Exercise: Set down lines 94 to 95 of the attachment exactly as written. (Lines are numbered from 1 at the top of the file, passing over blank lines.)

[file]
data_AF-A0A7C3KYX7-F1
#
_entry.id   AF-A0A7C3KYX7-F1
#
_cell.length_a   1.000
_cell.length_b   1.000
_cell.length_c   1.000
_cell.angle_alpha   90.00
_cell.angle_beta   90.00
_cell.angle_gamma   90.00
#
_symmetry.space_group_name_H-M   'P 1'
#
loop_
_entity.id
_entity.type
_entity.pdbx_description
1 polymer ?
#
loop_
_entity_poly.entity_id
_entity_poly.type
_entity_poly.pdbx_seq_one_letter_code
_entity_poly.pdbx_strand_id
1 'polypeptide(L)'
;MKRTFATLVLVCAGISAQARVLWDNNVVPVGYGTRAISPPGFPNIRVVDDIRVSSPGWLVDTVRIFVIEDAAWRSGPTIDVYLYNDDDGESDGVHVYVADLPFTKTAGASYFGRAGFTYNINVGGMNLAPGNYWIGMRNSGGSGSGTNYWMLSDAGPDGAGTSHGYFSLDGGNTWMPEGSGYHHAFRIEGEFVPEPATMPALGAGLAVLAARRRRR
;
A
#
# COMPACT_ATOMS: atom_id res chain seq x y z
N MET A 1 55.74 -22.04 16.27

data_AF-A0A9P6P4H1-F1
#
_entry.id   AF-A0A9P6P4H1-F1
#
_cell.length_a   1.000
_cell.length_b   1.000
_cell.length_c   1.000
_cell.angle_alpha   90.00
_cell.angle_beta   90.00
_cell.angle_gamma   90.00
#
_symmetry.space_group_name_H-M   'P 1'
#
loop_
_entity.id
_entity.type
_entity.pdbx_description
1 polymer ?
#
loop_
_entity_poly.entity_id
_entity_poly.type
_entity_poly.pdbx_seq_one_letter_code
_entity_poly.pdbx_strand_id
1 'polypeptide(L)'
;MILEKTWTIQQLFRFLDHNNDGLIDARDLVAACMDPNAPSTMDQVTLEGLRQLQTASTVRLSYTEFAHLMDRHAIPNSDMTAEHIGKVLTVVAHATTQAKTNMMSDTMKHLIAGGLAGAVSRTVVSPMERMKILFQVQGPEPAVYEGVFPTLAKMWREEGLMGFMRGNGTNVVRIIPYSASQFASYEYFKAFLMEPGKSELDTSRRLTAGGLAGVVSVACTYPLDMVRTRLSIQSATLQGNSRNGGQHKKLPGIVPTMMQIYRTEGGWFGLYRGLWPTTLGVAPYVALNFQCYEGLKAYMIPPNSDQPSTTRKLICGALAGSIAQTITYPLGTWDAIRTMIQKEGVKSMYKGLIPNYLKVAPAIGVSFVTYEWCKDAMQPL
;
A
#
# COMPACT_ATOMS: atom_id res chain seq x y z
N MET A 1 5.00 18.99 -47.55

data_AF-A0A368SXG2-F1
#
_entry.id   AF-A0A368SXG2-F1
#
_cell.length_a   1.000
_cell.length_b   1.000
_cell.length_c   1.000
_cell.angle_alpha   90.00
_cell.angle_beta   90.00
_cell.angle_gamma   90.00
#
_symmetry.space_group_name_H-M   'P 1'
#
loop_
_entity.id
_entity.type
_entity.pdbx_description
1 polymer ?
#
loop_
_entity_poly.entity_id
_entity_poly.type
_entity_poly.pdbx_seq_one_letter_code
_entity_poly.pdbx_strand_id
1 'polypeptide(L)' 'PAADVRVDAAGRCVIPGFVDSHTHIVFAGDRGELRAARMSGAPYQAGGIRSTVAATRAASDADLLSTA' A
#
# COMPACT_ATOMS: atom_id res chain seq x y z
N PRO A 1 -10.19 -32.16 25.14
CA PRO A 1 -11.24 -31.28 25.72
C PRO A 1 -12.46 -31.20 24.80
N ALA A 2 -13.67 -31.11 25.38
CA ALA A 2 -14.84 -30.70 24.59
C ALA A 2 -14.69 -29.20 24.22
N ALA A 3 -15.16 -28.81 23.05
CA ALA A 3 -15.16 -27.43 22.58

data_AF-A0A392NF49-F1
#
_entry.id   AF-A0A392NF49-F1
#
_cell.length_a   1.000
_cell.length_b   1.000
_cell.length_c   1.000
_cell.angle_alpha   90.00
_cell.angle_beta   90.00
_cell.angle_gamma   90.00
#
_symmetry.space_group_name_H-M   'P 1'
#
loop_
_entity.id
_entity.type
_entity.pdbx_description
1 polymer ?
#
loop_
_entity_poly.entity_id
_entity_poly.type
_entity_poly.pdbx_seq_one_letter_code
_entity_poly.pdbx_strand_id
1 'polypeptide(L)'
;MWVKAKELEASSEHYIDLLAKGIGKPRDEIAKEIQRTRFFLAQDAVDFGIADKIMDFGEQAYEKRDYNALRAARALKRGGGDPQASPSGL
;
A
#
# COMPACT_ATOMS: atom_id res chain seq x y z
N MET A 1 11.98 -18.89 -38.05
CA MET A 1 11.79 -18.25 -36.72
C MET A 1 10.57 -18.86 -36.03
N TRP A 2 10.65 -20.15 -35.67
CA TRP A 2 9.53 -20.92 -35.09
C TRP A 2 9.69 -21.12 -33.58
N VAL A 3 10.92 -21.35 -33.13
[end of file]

CA ALA A 2 -14.84 -30.70 24.59
C ALA A 2 -14.69 -29.20 24.22